NBA Early Season Story Lines
The return of Derrick Rose: This one is exceedingly obvious. Once the most explosive point guard in the league, Rose was named the MVP of the 2010-11 season, but tragedy struck when he went down with a devastating knee injury in April of 2012. If you have watched ESPN's basketball coverage for more than five total minutes over the past few months, you know that Rose did not play at all in the 2012-13 season, and he took quite a bit of heat for it. The long anticipated return of D-Rose will finally happen on Tuesday night. Will he be the same player he was two years ago? Has he lost a step? If you ask Rose, he'll tell you that he's even more explosive than he was before his injury - he claims his vertical jump has increased five inches. It will be very interesting to see if one of the game's most exciting players can return to dominant form.
Who will step up for OKC of the bench?: We all know that James Harden was shipped off to the Rockets two offseasons ago, but the Thunder suffered another blow when they lost Kevin Martin, who had replaced Harden as the sixth man. If the Thunder want a shot at making it to the finals, they are going to need someone to step up off the bench. The two frontrunners are Reggie Jackson and Jeremy Lamb. Jackson will begin the season as the starting point guard with Russell Westbrook (knee) hurt, allowing both him and Lamb to get some solid minutes. Whoever is the most impressive while Westbrook is sidelined (the first 4-6 weeks of the season) will likely be the primary sixth man when the superstar point guard returns.
Is Dwight Howard healthy and ready to dominate?: Howard was obviously not himself in Los Angeles last season. Whether it be due to his health, the insurmountable pressure, his relationship with Kobe Bryant, or his happiness with a new team, Howard was not as dominant as usual. He is now healthy and playing for a team that he got to pick himself. The spotlight in Houston does not shine nearly as bright as it does in Los Angeles, which should make Howard more comfortable. He's the clear top option down low for the Rockets, unlike when he was playing alongside Pau Gasol last season. I'm expecting a huge year out of Howard, and I am exciting to see if he is ready to dominate right out of the gate.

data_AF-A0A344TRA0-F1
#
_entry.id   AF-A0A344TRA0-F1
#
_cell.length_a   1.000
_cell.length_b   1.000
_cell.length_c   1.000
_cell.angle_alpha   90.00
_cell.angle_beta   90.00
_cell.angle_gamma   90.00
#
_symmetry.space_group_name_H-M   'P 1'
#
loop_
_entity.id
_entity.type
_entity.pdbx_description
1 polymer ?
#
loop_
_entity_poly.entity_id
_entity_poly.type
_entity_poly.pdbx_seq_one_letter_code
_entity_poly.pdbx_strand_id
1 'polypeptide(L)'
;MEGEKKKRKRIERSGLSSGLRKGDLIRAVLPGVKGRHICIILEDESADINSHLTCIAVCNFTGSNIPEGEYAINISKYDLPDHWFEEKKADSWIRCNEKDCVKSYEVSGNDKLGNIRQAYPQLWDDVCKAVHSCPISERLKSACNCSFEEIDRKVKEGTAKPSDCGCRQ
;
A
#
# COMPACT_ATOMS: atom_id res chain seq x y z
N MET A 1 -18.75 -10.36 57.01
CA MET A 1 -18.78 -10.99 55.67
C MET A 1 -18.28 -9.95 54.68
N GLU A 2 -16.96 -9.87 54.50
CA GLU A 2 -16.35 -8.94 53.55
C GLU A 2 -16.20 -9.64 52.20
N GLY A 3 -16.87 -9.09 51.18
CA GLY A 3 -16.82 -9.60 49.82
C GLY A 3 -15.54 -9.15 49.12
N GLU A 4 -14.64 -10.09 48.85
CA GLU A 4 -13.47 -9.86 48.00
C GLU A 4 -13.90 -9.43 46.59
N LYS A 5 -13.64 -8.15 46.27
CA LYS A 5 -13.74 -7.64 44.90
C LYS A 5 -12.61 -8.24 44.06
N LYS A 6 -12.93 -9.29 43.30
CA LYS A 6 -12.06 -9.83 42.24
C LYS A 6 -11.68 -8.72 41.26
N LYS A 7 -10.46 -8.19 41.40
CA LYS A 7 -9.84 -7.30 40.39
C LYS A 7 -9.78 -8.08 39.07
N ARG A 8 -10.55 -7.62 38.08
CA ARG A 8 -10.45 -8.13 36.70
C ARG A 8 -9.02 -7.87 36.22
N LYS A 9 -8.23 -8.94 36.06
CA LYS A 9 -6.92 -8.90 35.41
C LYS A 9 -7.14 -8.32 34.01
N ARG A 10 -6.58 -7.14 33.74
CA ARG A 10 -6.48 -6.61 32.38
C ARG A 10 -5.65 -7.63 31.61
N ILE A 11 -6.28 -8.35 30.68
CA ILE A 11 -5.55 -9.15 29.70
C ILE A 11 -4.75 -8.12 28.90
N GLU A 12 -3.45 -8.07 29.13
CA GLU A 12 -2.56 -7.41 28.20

The Pistons' promising frontcourt: This one is flying a bit under the radar because, well, it's the Pistons - people just aren't talking about them these days. They may start talking about them after a few weeks of NBA action, however. With the addition of Josh Smith, the Pistons have three great pieces in their frontcourt - Smith, Greg Monroe (entering his fourth NBA season), and Andre Drummond (entering his second NBA season). Drummond is a vicious bruiser down low who can swallow up rebounds, clean up on the offensive glass, and terrify opponents who want to drive into the paint. Monroe is not the flashiest player, but has a 1960's-style game that is very effective. He can score, rebound, and even pass the ball at a high level, making him a great complement to Drummond. Finally, we have Smith, the prize of the offseason. Standing at a jacked up 6'9'', 225, Smith has the explosiveness and penetration ability to create great opportunities for the other two bigs. He is also a phenomenal defender. If Monroe and Drummond continue to grow as players, and Smith clicks with them, this frontcourt could be a lot of fun to watch.
Just how bad are the 76ers?: We can all say with near certainty that the 76ers are going to struggle mightily this year, but just how bad will they be? I guess their best player is Evan Turner, who is a solid player, but is not the kind of guy you want as the face of your team. The point guard position - led by rookie Michael Carter-Williams and 20-year-old Tony Wroten - should be a roller coaster ride all season long. The big men aren't impressive either, outside of Thaddeus Young. So how bad, exactly, will this squad be? They could be like last year's Cavaliers, who won only 24 games but did pull off wins against the Thunder, Clippers, and Bulls. On the other hand, they could be like the 2009-10 Nets, who didn't win a game until December and finished the year 12-70. Some people believe that the 76ers will be historically horrible. The worst record of all-time belongs to - coincidentally enough - the 1972-73 76ers at 9-73. Can the Sixers top (or bottom?) their own mark? We'll find out soon enough.